|Enable Book ZoomAdd to Wish List|
‘I am the first to venture on such a project and to set out on what is indeed a lonely and untrodden path; but I pray that I may have God to guide me.’
Sometimes termed the ‘Christian Herodotus’, Eusebius of Caesarea (c. 260–339) was the foremost historian of the ancient Christian world. He left behind the only surviving record of the Church during its crucial first three centuries, up to the sudden, seemingly miraculous conversion of Emperor Constantine. In writing his ‘apology’ for Christianity, Eusebius drew on many contemporary accounts that might otherwise have been lost. The founding text of Christian history, his account is a forerunner of works such as Bede’s History of the English Church and People.
Eusebius sought to demonstrate continuity between the apostles and the Christian authorities of his own times, showing how successive bishops had preserved the authentic religion. He chronicled the Church’s struggle against heresy, and the sects whose members ‘crawled like poisonous reptiles over Asia and Phrygia’. The history of the Church was, at this time, bound up with that of the Roman Empire, and Eusebius recorded the deeds of the successive emperors, merciful and cruel alike. He vividly depicted the hideous tortures inflicted on the early Christian martyrs during the Great Persecution at the beginning of the 4th century, some of which he witnessed with his own eyes: ‘the most shameful, brutal and inhuman of all spectacles’.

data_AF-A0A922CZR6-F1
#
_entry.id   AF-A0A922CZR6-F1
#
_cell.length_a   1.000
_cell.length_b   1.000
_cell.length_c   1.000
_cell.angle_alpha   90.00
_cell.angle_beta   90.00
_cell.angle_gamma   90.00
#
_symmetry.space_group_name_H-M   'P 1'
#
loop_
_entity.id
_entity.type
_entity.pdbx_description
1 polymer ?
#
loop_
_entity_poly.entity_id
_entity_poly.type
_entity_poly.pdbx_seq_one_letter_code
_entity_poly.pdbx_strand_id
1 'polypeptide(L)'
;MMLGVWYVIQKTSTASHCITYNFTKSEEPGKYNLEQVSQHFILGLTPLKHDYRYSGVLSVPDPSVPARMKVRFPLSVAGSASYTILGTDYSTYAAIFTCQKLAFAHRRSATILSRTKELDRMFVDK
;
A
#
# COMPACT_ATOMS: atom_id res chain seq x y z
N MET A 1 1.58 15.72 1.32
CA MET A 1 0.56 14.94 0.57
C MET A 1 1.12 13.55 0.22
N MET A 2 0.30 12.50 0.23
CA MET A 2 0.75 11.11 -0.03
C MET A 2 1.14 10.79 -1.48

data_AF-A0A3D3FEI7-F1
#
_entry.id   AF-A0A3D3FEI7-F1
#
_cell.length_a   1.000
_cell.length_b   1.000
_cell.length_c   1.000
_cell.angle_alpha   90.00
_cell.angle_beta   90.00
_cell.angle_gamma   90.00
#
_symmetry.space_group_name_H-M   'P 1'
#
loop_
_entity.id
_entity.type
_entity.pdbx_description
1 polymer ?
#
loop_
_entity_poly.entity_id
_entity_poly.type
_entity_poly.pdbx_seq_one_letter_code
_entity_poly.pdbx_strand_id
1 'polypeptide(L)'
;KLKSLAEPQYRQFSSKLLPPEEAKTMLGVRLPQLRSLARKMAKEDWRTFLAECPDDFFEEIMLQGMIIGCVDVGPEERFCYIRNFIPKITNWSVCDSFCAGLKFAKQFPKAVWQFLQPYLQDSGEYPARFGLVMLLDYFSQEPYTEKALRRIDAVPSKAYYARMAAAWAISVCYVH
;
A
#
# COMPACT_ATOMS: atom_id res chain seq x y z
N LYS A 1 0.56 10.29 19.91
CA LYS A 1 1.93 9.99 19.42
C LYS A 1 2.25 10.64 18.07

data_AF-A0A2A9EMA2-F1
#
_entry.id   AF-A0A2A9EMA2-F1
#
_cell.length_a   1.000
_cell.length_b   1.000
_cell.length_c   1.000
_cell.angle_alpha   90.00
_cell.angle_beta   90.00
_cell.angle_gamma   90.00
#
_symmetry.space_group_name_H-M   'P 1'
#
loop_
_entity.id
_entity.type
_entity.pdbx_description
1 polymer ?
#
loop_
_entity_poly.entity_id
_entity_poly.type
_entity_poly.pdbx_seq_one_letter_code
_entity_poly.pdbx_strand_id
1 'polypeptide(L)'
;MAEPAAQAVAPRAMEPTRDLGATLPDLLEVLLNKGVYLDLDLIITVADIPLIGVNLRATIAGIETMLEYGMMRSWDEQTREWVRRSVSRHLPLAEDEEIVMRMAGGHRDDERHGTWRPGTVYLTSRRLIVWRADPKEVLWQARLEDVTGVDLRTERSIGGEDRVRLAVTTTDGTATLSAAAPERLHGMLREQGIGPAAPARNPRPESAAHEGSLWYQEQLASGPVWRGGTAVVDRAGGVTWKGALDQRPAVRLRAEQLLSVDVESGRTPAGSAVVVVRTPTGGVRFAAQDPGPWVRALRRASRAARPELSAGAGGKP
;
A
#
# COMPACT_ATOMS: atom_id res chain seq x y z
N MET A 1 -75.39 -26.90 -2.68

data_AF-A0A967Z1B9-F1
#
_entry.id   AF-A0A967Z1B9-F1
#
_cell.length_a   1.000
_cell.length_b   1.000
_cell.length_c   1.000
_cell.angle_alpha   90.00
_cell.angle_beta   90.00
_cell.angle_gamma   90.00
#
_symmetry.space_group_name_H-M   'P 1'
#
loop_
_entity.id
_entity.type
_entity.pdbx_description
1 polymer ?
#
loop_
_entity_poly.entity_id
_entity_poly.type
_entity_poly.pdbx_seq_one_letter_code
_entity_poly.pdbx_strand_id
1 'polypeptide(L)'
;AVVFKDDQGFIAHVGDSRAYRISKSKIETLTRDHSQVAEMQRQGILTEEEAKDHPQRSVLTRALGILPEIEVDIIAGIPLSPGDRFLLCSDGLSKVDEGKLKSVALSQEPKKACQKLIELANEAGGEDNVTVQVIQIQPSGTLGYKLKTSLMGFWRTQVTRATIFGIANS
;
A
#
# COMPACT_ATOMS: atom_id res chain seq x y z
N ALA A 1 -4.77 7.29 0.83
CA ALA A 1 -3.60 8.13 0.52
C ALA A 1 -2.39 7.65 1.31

The ordeals of the Christians came to an end with the conversion of Constantine in 312, described by Eusebius in a tone of near ecstasy: ‘Men had now lost all fear of their former oppressors; day after day they kept dazzling festival; light was everywhere, and men who once dared not look up greeted each other with smiling faces and shining eyes.’ Eusebius portrayed Constantine as a divinely ordained leader and head of the Church, an idea that would, in the future, prove influential and controversial, for example during the English Reformation. This edition is introduced by Dr Rowan Williams, former Archbishop of Canterbury, who describes Eusebius as a major contributor to the ongoing debate within Christianity about the relation of the Church to political authority.